Constellations and MIMO to take fibre to a future beyond the terabit
Nokia Bell Labs' Dr Laurent Schmalen explains how networks can find a new gear
Interview A technology that first hit the mass market in 1990s-era modems running over voice networks will soon be boosting submarine fibre speeds around the world.
So says Dr Laurent Schmalen, Department Head, Coding for Optical Networks, at Nokia Bell Labs, who chatted to Vulture South about “constellation shaping” and the future of fibre research.
Schmalen explained that two questions are on Bell Labs' mind at the moment: what's the ultimate limit of fibre, and what are the near-term speedups we can achieve?
In the near term, Dr Schmalen said, the constellation shaping technology it recently tested in conjunction with Facebook looks promising.
Dr Schmalen said that test was a culmination of “technology we've developed over two-to-three years, that's quite mature now”.
Constellation shaping seems counter-intuitive, because it delivers better performance from of a channel by ignoring some of its available frequencies.
Dr Schmalen explained that the conventional use of constellations, in the QAM (quadrature amplitude modulation) 16 or QAM 64 that helped 90s modems to work, each “slot” is used equally.
In constellation shaping, “we use the points that are closer to the middle of the constellation more frequently than those at the bottom”, because “bad” points need much higher transmission power.
Using the “best” points lets designers “stretch the constellation at the same transmit energy.”
This, he added, “makes the constellation more resilient against noise”.
This comes back to Shannon-era information theory. The downside of using the “bad” channels is that their need for high transmit power increases the overall noise floor of the system – including the noise observed in the “good” channels.
Dr Schmalen again: “We can stretch the constellation at the same transmit energy, and make the constellation more resilient against noise – a gain of 1 dB, which improves the performance of existing systems … just by sweeping the probability, using the most favourable more frequently.
“Yes, you give up a little bit – but the gains exceed the amount you're giving up.”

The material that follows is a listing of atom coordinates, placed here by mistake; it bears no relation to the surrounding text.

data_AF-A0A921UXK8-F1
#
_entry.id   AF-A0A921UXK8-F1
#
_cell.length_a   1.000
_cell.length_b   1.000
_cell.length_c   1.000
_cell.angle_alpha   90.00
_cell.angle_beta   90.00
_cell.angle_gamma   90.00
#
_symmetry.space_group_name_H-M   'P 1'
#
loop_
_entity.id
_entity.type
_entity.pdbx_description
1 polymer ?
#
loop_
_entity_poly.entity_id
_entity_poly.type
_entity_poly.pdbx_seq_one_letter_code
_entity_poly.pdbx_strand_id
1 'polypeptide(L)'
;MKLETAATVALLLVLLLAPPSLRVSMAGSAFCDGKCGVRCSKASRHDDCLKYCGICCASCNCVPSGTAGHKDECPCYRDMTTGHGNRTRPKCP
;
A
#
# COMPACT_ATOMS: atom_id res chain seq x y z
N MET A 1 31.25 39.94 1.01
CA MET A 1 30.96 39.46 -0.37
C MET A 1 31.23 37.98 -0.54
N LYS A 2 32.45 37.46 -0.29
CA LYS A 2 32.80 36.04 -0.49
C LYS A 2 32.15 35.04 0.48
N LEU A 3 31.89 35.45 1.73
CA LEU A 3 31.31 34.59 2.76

The other reason so much research is going into constellation shaping is that it only needs to be deployed at endpoints – a very important consideration when you're looking at how to squeeze more out of existing submarine systems.
“We can upgrade existing systems, because everything is done at the endpoints – the repeaters don't need to be changed”, Dr Schmalen said.
“For the Facebook test in March, we used it … without any change on the cable. It was just an upgrade on the land sides.”
Borrowing from wireless
Dr Schmalen also discussed a topic that's arisen in The Register from time to time: researchers borrowing multiple-in, multiple-out (MIMO) techniques that have their roots in wireless technology, “one of the most promising ways to improve the capacity of optical cable”.
This is a long-term goal, because it does need fibres to be replaced – today's fibres only have a single physical path, and spatial multiplexing needs multiple paths.
But it's also necessary, because Dense Wavelength Division Multiplexing (DWDM) is running pretty close to capacity – mostly because we're close to the limits of optical amplifiers.
“Space is under-exploited,” he said.
In the fibre itself, while there are significant gains to be had in multimode fibres, the best long-term prospect seems to be in multicore fibres – multiple discrete light paths within a single fibre.
The two main research priorities, Dr Schmalen said, is to cancel crosstalk between cores, and to make fully-integrated amplifiers (that is, amplifiers that can deal with multiple signals in a single device – “An array that can amplify six cores of fibre at the same time, without increasing the cost significantly”.
NTT's 19-core fibre from 2016:
Distant cores don't interfere
Nokia Bell Labs has already demonstrated a 6x6 MIMO equaliser about three years ago, he said, but fibre development already outstrips that. There are 20-plus core fibres now, and 50 core fibres are possible in the near future.
The good news is that we won't ever need a 50 x 50 MIMO equaliser, because not all fibres will interfere with each other. Individual paths only cause crosstalk in paths nearby to them.
Beyond the terabit
And yet: limits to the physical layer exist. For all our talk of “beating Shannon's law”, every physical layer development involves a combination of adding new channels or reducing noise – the foundation elements of Shannon's work.
Dr Schmalen said the industry needs to “get a holistic picture of the complete network”, to cut down on unnecessary traffic – overhead and duplication.
“In other words, look at the MAC layer, and combine technologies from the Physical (layer 1) to Networking (layer 3) layers to maximise the performance.”
Packet optical networking is one important research stream, because “you get big improvements both in latency and in throughput”. ®